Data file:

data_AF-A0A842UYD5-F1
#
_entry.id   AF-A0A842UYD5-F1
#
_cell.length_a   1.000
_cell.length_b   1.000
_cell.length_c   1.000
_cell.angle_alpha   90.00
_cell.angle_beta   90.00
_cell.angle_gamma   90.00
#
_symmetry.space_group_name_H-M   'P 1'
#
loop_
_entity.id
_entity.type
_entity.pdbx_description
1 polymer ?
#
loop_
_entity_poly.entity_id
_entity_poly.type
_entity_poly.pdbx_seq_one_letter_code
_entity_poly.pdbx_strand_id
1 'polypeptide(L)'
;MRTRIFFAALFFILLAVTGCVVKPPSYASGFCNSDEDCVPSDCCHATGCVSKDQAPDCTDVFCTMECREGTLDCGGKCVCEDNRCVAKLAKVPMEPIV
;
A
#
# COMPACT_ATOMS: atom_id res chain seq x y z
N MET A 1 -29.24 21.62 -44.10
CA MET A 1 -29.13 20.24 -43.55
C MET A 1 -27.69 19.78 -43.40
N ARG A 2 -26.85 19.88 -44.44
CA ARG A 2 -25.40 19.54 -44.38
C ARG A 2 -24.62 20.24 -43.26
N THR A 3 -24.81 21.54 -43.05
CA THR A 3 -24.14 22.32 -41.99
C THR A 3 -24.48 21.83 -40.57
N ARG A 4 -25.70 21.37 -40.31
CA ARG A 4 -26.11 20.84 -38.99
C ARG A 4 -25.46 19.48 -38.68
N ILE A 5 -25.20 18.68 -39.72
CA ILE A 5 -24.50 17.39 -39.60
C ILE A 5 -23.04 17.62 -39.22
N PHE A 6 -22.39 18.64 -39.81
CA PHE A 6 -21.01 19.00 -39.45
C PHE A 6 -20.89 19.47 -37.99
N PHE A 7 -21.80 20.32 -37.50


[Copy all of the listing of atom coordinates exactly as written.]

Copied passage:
data_AF-A0A842UYD5-F1
#
_entry.id   AF-A0A842UYD5-F1
#
_cell.length_a   1.000
_cell.length_b   1.000
_cell.length_c   1.000
_cell.angle_alpha   90.00
_cell.angle_beta   90.00
_cell.angle_gamma   90.00
#
_symmetry.space_group_name_H-M   'P 1'
#
loop_
_entity.id
_entity.type
_entity.pdbx_description
1 polymer ?
#
loop_
_entity_poly.entity_id
_entity_poly.type
_entity_poly.pdbx_seq_one_letter_code
_entity_poly.pdbx_strand_id
1 'polypeptide(L)'
;MRTRIFFAALFFILLAVTGCVVKPPSYASGFCNSDEDCVPSDCCHATGCVSKDQAPDCTDVFCTMECREGTLDCGGKCVCEDNRCVAKLAKVPMEPIV
;
A
#
# COMPACT_ATOMS: atom_id res chain seq x y z
N MET A 1 -29.24 21.62 -44.10
CA MET A 1 -29.13 20.24 -43.55
C MET A 1 -27.69 19.78 -43.40
N ARG A 2 -26.85 19.88 -44.44
CA ARG A 2 -25.40 19.54 -44.38
C ARG A 2 -24.62 20.24 -43.26
N THR A 3 -24.81 21.54 -43.05
CA THR A 3 -24.14 22.32 -41.99
C THR A 3 -24.48 21.83 -40.57
N ARG A 4 -25.70 21.37 -40.31
CA ARG A 4 -26.11 20.84 -38.99
C ARG A 4 -25.46 19.48 -38.68
N ILE A 5 -25.20 18.68 -39.72
CA ILE A 5 -24.50 17.39 -39.60
C ILE A 5 -23.04 17.62 -39.22
N PHE A 6 -22.39 18.64 -39.81
CA PHE A 6 -21.01 19.00 -39.45
C PHE A 6 -20.89 19.47 -37.99
N PHE A 7 -21.80 20.32 -37.50